A British teenager has been killed in an avalanche in front of one of his brothers while skiing in Austria.
Cameron Bespolka, 16 was engulfed in snow along with his father and a ski guide in the resort of Lech am Arlberg. His triplet brother Nicholas was unhurt but watched the tragedy unfold in front of him as the four skied off-piste, with an experienced guide.
Police said the guide would now face a criminal investigation for not following an authorised route.
The avalanche swept Cameron, his father Kevin, 51 and the guide 150 metres down the mountain, leaving Nicholas watching from the top.
It is believed the skiers were all equipped with avalanche airbags, a safety device that skiers can deploy in the event of an avalanche, but they failed to prevent them being buried.
The 39-year-old guide, who suffered minor injuries, was the first to surface from the snow and immediately began a rescue operation.
He pulled himself free and made an emergency call, before starting to work with the surviving teenager to look for his family members.
Kevin Bespolka, a City banker was pulled alive badly injured and flown to hospital, but Cameron died at the scene.
The remaining members of the family - Corinne Bespolka, 53, the boys' triplet sister Megan and Sienna, their 12-year-old sister, are believed to have been at their hotel when the accident happened.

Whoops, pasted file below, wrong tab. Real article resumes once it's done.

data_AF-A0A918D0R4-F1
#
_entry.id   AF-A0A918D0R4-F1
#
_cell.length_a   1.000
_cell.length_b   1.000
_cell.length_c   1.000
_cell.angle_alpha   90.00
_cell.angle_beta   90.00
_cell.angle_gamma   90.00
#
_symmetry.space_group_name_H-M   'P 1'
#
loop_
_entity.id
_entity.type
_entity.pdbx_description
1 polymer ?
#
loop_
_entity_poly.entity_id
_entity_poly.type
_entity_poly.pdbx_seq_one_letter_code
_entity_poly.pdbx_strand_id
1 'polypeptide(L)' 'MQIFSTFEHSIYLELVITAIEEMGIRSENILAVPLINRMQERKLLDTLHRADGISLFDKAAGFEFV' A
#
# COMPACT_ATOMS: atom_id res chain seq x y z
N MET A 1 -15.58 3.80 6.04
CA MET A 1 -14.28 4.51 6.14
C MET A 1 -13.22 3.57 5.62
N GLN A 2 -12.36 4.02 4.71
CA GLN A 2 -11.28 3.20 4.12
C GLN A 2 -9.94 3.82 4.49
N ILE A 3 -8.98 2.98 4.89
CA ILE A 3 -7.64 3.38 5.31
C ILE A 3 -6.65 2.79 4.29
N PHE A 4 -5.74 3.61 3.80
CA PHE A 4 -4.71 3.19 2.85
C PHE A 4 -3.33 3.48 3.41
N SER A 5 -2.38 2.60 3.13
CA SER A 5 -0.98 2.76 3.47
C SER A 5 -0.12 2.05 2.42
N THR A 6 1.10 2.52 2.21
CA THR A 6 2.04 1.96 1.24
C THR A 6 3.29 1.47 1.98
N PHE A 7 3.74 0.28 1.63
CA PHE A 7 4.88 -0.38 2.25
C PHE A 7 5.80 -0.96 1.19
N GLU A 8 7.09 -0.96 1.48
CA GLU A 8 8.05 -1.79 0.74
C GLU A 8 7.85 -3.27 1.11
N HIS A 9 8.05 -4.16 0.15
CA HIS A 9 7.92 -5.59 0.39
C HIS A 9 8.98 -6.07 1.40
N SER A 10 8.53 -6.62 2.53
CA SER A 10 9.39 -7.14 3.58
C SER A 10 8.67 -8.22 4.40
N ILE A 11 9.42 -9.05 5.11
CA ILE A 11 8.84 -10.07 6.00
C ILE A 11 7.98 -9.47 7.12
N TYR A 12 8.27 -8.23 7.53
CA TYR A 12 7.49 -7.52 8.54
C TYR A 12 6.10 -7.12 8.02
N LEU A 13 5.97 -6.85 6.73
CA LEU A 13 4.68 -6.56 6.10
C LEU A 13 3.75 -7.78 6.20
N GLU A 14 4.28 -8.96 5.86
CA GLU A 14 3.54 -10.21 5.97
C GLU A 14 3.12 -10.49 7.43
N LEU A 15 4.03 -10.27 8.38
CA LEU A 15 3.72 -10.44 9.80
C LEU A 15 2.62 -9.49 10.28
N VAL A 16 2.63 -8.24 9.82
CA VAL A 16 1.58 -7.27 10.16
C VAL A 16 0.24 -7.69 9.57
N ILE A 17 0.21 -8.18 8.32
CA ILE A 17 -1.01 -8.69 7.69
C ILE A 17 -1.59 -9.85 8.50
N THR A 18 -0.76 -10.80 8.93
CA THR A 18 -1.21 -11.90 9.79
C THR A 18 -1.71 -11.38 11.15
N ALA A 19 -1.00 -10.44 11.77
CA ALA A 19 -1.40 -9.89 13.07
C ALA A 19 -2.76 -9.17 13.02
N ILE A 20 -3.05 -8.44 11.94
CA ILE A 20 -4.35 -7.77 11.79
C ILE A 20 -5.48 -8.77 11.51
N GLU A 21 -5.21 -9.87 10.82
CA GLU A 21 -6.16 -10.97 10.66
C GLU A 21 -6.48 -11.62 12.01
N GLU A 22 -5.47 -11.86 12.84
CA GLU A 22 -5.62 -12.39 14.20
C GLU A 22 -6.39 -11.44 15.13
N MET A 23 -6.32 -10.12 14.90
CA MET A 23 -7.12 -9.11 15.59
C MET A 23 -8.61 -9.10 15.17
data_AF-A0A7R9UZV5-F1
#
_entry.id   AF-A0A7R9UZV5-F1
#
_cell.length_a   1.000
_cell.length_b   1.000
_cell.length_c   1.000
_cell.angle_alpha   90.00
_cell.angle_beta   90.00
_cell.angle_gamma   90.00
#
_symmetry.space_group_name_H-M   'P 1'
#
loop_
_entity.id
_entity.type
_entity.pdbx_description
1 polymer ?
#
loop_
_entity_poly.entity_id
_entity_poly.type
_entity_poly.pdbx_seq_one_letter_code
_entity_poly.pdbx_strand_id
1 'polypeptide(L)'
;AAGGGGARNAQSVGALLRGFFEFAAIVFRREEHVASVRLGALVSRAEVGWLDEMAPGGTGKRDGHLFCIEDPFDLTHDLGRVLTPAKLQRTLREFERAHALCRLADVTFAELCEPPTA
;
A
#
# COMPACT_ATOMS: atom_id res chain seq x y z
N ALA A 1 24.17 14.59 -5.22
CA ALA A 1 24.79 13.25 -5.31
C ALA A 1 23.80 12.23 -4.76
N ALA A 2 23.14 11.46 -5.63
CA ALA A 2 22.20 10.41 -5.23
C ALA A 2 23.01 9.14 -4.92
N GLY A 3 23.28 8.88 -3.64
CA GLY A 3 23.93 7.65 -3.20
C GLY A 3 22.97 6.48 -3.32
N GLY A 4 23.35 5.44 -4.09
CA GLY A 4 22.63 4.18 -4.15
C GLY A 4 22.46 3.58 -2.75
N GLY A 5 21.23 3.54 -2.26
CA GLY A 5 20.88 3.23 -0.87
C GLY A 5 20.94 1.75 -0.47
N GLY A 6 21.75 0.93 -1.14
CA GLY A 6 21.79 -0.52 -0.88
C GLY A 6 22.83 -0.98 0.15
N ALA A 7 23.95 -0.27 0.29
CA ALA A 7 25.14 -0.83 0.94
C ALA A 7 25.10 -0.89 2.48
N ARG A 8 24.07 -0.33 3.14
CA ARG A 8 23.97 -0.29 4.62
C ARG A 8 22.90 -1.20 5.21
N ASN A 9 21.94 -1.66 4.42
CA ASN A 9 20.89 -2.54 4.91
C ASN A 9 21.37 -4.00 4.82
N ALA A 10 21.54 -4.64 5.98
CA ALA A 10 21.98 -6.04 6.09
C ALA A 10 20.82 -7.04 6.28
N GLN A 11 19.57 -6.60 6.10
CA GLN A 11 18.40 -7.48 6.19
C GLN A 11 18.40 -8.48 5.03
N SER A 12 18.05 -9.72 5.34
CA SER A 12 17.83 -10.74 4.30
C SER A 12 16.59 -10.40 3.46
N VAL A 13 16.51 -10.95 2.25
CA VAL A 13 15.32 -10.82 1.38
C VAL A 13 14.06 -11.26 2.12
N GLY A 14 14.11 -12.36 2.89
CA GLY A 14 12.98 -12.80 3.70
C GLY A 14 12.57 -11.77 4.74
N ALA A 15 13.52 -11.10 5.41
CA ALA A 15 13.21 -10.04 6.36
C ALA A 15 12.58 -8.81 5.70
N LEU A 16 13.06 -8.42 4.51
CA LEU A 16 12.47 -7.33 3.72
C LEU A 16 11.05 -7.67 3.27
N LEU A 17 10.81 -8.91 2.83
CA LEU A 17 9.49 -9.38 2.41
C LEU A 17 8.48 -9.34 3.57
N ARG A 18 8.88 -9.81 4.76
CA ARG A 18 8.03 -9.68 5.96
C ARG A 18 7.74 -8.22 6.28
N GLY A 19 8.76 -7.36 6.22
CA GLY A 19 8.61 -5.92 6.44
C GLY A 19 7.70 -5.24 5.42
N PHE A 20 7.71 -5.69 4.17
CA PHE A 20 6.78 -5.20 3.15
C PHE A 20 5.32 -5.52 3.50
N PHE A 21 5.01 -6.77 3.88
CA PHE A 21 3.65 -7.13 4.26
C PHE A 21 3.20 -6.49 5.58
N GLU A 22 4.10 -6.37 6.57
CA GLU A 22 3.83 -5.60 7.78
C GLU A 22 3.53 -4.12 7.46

The incident occurred at 1.24pm on Tuesday as the group headed to the small ski resort of Stierlochbach.
Police said the route the group had been taking when they were hit was not an authorised one and confirmed the ski instructor was being investigated on charges of “negligence leading to serious injury with fatal consequences”.
At the time of the accident the region had issued only a category one avalanche warning, meaning there was a very low risk of an avalanche.
But experts said the category was deceptive and it could nevertheless mean a risk of sudden avalanches.
Mr Bespolka is in intensive care with knee and lung injuries, while his son Nicholas is being treated for trauma by a psychologist.
Pia Herbst, from the Lech am Arlberg tourism board in Austria, defended the ski guide. She said: “He is a very good guide and he has a lot of experience.
“He has the highest level of education you can have in skiing and he didn’t do anything wrong. It was a normal day to go for a tour, and unfortunately it was an accident with avalanche risk ‘one’, which is not high at all.
“It was a very, very sad accident.”
In February 2012 Prince Friso, the second son of the then-Queen of the Netherlands, Beatrix, was hit by an avalanche skiing off-piste at the same resort. He was left brain-damaged and died 18 months later aged 44.